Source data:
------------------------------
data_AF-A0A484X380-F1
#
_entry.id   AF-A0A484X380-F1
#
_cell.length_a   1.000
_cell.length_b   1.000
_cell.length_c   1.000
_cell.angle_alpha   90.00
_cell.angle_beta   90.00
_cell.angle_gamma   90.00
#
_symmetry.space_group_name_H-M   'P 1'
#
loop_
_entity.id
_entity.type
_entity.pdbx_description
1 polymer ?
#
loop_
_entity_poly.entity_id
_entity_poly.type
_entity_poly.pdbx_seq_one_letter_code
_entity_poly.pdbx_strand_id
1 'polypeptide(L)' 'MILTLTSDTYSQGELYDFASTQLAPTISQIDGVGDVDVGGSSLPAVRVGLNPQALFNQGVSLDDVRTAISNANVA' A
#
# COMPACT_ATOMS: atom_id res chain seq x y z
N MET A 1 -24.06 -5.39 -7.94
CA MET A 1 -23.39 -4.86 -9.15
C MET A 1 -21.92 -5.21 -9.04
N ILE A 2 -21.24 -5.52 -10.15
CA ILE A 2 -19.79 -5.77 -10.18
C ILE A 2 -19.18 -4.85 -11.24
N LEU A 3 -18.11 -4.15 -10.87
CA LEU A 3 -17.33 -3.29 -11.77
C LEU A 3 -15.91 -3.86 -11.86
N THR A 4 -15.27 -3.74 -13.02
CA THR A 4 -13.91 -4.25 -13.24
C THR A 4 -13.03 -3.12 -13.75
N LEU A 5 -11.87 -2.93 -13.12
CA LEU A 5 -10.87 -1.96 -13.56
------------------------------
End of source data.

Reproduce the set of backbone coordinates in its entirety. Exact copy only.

data_AF-A0A484X380-F1
#
_entry.id   AF-A0A484X380-F1
#
_cell.length_a   1.000
_cell.length_b   1.000
_cell.length_c   1.000
_cell.angle_alpha   90.00
_cell.angle_beta   90.00
_cell.angle_gamma   90.00
#
_symmetry.space_group_name_H-M   'P 1'
#
loop_
_entity.id
_entity.type
_entity.pdbx_description
1 polymer ?
#
loop_
_entity_poly.entity_id
_entity_poly.type
_entity_poly.pdbx_seq_one_letter_code
_entity_poly.pdbx_strand_id
1 'polypeptide(L)' 'MILTLTSDTYSQGELYDFASTQLAPTISQIDGVGDVDVGGSSLPAVRVGLNPQALFNQGVSLDDVRTAISNANVA' A
#
# COMPACT_ATOMS: atom_id res chain seq x y z
N MET A 1 -24.06 -5.39 -7.94
CA MET A 1 -23.39 -4.86 -9.15
C MET A 1 -21.92 -5.21 -9.04
N ILE A 2 -21.24 -5.52 -10.15
CA ILE A 2 -19.79 -5.77 -10.18
C ILE A 2 -19.18 -4.85 -11.24
N LEU A 3 -18.11 -4.15 -10.87
CA LEU A 3 -17.33 -3.29 -11.77
C LEU A 3 -15.91 -3.86 -11.86
N THR A 4 -15.27 -3.74 -13.02
CA THR A 4 -13.91 -4.25 -13.24
C THR A 4 -13.03 -3.12 -13.75
N LEU A 5 -11.87 -2.93 -13.12
CA LEU A 5 -10.87 -1.96 -13.56